When looking at the racing calendar there is one race that is head and shoulders above the rest in terms of its profile – the Aintree Grand National. With last year being an unfortunate exception to the rule, it’s the race of office sweepstakes, of choosing a horse because of its quirky name, of going for that ambitious, big priced outsider.
There is such tradition to the Grand National, which on the whole has to be a good thing. Though as Katie Walsh highlights in this Betway segment, some traditions outstay their welcome. It wasn’t until the late 70s and because of the Sex Discrimination Act that a woman even started taking part in the Grand National (Charlotte Brew in 1977). Participation was patchy over the years but in 2012 Walsh herself placed third in the Grand National. This was the best performance by a female jockey to date. With three female jockeys taking part this year, surely it’s only a matter of times before we have our first female winner. It will be a big achievement; one that is long overdue.
Owned by John Hales and trained by Paul Nicholls, Neptune Collonges was a top-class staying chaser with three Grade One victories to his name. Indeed, he ran in the Cheltenham Gold Cup four times, finishing a closing third, beaten 7 lengths and short head, behind stable companions Denman and Kauto Star in 2008. However, as far as the man in the street is concerned, Neptune Collonges is best known for winning the 2012 Grand National, which was the last to be run over the traditional distance of 4 miles 4 furlongs.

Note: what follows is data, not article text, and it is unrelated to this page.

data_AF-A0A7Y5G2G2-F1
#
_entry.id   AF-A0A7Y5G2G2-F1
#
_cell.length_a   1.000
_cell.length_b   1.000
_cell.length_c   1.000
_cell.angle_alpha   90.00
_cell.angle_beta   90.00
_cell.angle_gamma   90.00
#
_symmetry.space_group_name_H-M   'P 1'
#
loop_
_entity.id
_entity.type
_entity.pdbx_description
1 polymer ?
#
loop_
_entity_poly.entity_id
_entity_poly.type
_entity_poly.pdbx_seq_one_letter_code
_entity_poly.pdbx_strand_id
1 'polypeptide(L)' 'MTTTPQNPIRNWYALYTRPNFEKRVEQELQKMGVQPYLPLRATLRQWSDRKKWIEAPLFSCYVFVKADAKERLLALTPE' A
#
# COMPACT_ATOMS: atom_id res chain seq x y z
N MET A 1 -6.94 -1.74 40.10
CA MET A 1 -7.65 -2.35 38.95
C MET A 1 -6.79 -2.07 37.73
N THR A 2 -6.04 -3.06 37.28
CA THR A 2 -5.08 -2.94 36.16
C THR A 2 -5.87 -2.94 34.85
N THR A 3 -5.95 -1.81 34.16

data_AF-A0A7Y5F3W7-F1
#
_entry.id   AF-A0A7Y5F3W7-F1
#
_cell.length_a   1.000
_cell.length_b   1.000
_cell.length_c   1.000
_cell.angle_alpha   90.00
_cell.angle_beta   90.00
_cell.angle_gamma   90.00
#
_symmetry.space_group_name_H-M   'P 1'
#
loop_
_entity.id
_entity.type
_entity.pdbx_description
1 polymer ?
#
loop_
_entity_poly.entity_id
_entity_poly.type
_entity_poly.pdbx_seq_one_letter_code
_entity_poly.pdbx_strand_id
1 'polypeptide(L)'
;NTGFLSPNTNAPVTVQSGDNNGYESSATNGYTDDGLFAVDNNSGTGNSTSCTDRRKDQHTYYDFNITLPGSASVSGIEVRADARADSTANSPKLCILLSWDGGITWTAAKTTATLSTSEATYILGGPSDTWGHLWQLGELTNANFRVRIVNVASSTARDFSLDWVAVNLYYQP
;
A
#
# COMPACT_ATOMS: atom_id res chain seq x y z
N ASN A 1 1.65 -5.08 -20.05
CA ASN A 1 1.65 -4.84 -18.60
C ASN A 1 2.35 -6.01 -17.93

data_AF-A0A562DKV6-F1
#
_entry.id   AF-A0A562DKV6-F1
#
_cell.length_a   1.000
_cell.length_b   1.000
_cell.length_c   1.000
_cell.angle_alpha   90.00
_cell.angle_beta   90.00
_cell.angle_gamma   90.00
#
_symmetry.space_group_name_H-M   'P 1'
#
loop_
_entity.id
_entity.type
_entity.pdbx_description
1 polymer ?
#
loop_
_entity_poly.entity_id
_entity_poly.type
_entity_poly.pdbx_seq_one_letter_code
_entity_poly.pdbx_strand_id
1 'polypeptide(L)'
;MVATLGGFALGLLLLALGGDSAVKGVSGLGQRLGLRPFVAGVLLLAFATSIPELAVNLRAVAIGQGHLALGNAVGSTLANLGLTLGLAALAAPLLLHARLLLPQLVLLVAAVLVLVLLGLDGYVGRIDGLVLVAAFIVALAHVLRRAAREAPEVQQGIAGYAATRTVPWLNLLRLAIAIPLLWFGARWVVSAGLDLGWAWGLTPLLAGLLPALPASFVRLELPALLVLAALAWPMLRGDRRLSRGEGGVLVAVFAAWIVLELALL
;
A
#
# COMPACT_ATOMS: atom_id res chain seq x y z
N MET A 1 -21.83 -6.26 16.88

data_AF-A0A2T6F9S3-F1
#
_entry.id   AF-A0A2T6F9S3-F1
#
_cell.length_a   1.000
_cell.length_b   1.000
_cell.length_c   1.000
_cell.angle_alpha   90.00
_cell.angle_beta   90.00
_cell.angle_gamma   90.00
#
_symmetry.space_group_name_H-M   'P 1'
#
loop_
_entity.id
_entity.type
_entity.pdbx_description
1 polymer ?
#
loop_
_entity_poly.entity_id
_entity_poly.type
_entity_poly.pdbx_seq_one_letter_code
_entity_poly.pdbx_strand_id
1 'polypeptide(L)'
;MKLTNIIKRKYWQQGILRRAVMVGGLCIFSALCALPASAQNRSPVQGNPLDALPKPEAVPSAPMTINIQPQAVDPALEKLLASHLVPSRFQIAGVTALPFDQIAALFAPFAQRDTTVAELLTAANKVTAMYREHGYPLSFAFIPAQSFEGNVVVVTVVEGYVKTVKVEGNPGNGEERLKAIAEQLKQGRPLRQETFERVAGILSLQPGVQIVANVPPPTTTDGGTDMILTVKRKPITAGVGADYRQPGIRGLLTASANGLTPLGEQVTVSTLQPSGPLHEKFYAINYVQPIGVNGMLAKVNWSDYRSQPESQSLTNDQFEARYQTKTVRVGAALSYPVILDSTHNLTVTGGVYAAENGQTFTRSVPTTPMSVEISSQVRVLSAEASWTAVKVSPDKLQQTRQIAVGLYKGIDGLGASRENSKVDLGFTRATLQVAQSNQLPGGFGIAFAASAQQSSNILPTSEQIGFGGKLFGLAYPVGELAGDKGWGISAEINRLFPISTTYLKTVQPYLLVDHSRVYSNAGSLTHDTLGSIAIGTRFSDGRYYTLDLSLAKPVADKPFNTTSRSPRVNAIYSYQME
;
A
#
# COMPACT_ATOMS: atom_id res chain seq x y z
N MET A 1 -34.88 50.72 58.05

The son of useful jumps sire Dom Alco spent the whole of the 2009/10 season on the sidelines after sustaining a tendon injury in the 2009 Cheltenham Gold Cup and had won just once in nine starts since returning to action at the start of the 2010/11 season. He had looked rejuvenated when failing by just a neck to win the Grand National Trial, over 3 miles 3½ furlongs, at Haydock, under 11 st 5lb, in February, 2012 but, even so, victory at Aintree appeared unlikely.
On Grand National Day, his intended jockey, Ruby Walsh, was injured in a fall in the Aintree Hurdle earlier on the card so, with Daryl Jacob deputising, and shouldering 11st 6lb, he was sent off at odds of 33/1 to give Paul Nicholls his first National winner. That he did, but only after a thrilling finish, in which he reeled in the leader, Sunnyhillboy, in the final stride to win by the minimum possible margin, a nose. Connections had already decided that, win or lose, Neptune Collonges would be retired immediately after the Grand National and, true to his word, Hales said, ‘He’ll never race again. That’s it.’